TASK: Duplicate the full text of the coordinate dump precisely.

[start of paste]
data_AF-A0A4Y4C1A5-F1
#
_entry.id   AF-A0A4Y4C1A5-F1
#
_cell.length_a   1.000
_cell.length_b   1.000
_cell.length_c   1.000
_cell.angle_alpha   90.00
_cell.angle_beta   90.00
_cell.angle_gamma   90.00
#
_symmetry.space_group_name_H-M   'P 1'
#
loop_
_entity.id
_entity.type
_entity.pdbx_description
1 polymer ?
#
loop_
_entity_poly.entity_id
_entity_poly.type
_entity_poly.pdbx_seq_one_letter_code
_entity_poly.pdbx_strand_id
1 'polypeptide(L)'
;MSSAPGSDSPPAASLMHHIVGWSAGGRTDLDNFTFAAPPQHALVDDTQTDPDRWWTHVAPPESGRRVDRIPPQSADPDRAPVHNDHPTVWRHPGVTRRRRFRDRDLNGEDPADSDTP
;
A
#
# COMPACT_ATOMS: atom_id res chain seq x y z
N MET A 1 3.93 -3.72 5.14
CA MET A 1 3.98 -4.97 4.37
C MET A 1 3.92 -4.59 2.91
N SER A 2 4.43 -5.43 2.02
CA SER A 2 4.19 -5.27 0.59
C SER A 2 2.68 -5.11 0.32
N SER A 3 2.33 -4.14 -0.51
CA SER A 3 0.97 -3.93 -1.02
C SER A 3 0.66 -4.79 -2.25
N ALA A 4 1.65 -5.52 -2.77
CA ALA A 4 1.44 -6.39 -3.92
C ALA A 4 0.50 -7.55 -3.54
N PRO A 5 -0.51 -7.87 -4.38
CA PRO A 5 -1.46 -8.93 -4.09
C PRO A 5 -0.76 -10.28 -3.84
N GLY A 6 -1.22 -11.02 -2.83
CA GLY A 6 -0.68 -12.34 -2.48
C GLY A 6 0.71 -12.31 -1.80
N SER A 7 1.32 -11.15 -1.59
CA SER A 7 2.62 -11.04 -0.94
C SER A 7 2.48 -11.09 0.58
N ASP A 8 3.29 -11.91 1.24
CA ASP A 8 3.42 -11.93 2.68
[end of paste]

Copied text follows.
data_AF-A0A4Y4C1A5-F1
#
_entry.id   AF-A0A4Y4C1A5-F1
#
_cell.length_a   1.000
_cell.length_b   1.000
_cell.length_c   1.000
_cell.angle_alpha   90.00
_cell.angle_beta   90.00
_cell.angle_gamma   90.00
#
_symmetry.space_group_name_H-M   'P 1'
#
loop_
_entity.id
_entity.type
_entity.pdbx_description
1 polymer ?
#
loop_
_entity_poly.entity_id
_entity_poly.type
_entity_poly.pdbx_seq_one_letter_code
_entity_poly.pdbx_strand_id
1 'polypeptide(L)'
;MSSAPGSDSPPAASLMHHIVGWSAGGRTDLDNFTFAAPPQHALVDDTQTDPDRWWTHVAPPESGRRVDRIPPQSADPDRAPVHNDHPTVWRHPGVTRRRRFRDRDLNGEDPADSDTP
;
A
#
# COMPACT_ATOMS: atom_id res chain seq x y z
N MET A 1 3.93 -3.72 5.14
CA MET A 1 3.98 -4.97 4.37
C MET A 1 3.92 -4.59 2.91
N SER A 2 4.43 -5.43 2.02
CA SER A 2 4.19 -5.27 0.59
C SER A 2 2.68 -5.11 0.32
N SER A 3 2.33 -4.14 -0.51
CA SER A 3 0.97 -3.93 -1.02
C SER A 3 0.66 -4.79 -2.25
N ALA A 4 1.65 -5.52 -2.77
CA ALA A 4 1.44 -6.39 -3.92
C ALA A 4 0.50 -7.55 -3.54
N PRO A 5 -0.51 -7.87 -4.38
CA PRO A 5 -1.46 -8.93 -4.09
C PRO A 5 -0.76 -10.28 -3.84
N GLY A 6 -1.22 -11.02 -2.83
CA GLY A 6 -0.68 -12.34 -2.48
C GLY A 6 0.71 -12.31 -1.80
N SER A 7 1.32 -11.15 -1.59
CA SER A 7 2.62 -11.04 -0.94
C SER A 7 2.48 -11.09 0.58
N ASP A 8 3.29 -11.91 1.24
CA ASP A 8 3.42 -11.93 2.68